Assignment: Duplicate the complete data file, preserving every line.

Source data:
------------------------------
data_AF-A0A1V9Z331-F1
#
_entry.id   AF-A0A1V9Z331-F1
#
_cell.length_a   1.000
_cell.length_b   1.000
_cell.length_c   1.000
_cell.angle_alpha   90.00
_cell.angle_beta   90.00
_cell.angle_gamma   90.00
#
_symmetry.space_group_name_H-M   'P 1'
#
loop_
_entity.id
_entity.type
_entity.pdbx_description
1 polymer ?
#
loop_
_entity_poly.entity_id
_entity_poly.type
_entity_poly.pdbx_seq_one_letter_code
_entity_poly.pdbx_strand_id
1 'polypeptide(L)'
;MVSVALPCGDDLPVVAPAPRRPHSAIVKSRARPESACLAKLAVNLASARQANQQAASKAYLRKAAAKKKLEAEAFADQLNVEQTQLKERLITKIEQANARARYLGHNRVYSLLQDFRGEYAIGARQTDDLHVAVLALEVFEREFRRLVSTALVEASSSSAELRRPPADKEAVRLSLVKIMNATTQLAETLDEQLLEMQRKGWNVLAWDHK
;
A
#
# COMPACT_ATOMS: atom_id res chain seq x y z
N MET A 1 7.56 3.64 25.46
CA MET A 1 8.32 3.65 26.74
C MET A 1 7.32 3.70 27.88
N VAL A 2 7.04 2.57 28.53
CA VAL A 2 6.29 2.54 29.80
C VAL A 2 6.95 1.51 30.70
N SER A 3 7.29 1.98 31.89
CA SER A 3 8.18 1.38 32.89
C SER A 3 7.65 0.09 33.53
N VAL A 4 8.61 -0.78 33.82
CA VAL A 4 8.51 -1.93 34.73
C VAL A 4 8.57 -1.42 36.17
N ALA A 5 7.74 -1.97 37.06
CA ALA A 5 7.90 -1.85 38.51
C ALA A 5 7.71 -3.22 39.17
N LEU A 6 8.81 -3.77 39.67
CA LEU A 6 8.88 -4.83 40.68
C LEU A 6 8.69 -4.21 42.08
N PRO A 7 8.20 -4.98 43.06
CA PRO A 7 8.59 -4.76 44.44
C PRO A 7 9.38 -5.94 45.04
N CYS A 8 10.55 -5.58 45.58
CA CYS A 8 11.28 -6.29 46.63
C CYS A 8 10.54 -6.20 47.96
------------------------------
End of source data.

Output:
data_AF-A0A1V9Z331-F1
#
_entry.id   AF-A0A1V9Z331-F1
#
_cell.length_a   1.000
_cell.length_b   1.000
_cell.length_c   1.000
_cell.angle_alpha   90.00
_cell.angle_beta   90.00
_cell.angle_gamma   90.00
#
_symmetry.space_group_name_H-M   'P 1'
#
loop_
_entity.id
_entity.type
_entity.pdbx_description
1 polymer ?
#
loop_
_entity_poly.entity_id
_entity_poly.type
_entity_poly.pdbx_seq_one_letter_code
_entity_poly.pdbx_strand_id
1 'polypeptide(L)'
;MVSVALPCGDDLPVVAPAPRRPHSAIVKSRARPESACLAKLAVNLASARQANQQAASKAYLRKAAAKKKLEAEAFADQLNVEQTQLKERLITKIEQANARARYLGHNRVYSLLQDFRGEYAIGARQTDDLHVAVLALEVFEREFRRLVSTALVEASSSSAELRRPPADKEAVRLSLVKIMNATTQLAETLDEQLLEMQRKGWNVLAWDHK
;
A
#
# COMPACT_ATOMS: atom_id res chain seq x y z
N MET A 1 7.56 3.64 25.46
CA MET A 1 8.32 3.65 26.74
C MET A 1 7.32 3.70 27.88
N VAL A 2 7.04 2.57 28.53
CA VAL A 2 6.29 2.54 29.80
C VAL A 2 6.95 1.51 30.70
N SER A 3 7.29 1.98 31.89
CA SER A 3 8.18 1.38 32.89
C SER A 3 7.65 0.09 33.53
N VAL A 4 8.61 -0.78 33.82
CA VAL A 4 8.51 -1.93 34.73
C VAL A 4 8.57 -1.42 36.17
N ALA A 5 7.74 -1.97 37.06
CA ALA A 5 7.90 -1.85 38.51
C ALA A 5 7.71 -3.22 39.17
N LEU A 6 8.81 -3.77 39.67
CA LEU A 6 8.88 -4.83 40.68
C LEU A 6 8.69 -4.21 42.08
N PRO A 7 8.20 -4.98 43.06
CA PRO A 7 8.59 -4.76 44.44
C PRO A 7 9.38 -5.94 45.04
N CYS A 8 10.55 -5.58 45.58
CA CYS A 8 11.28 -6.29 46.63
C CYS A 8 10.54 -6.20 47.96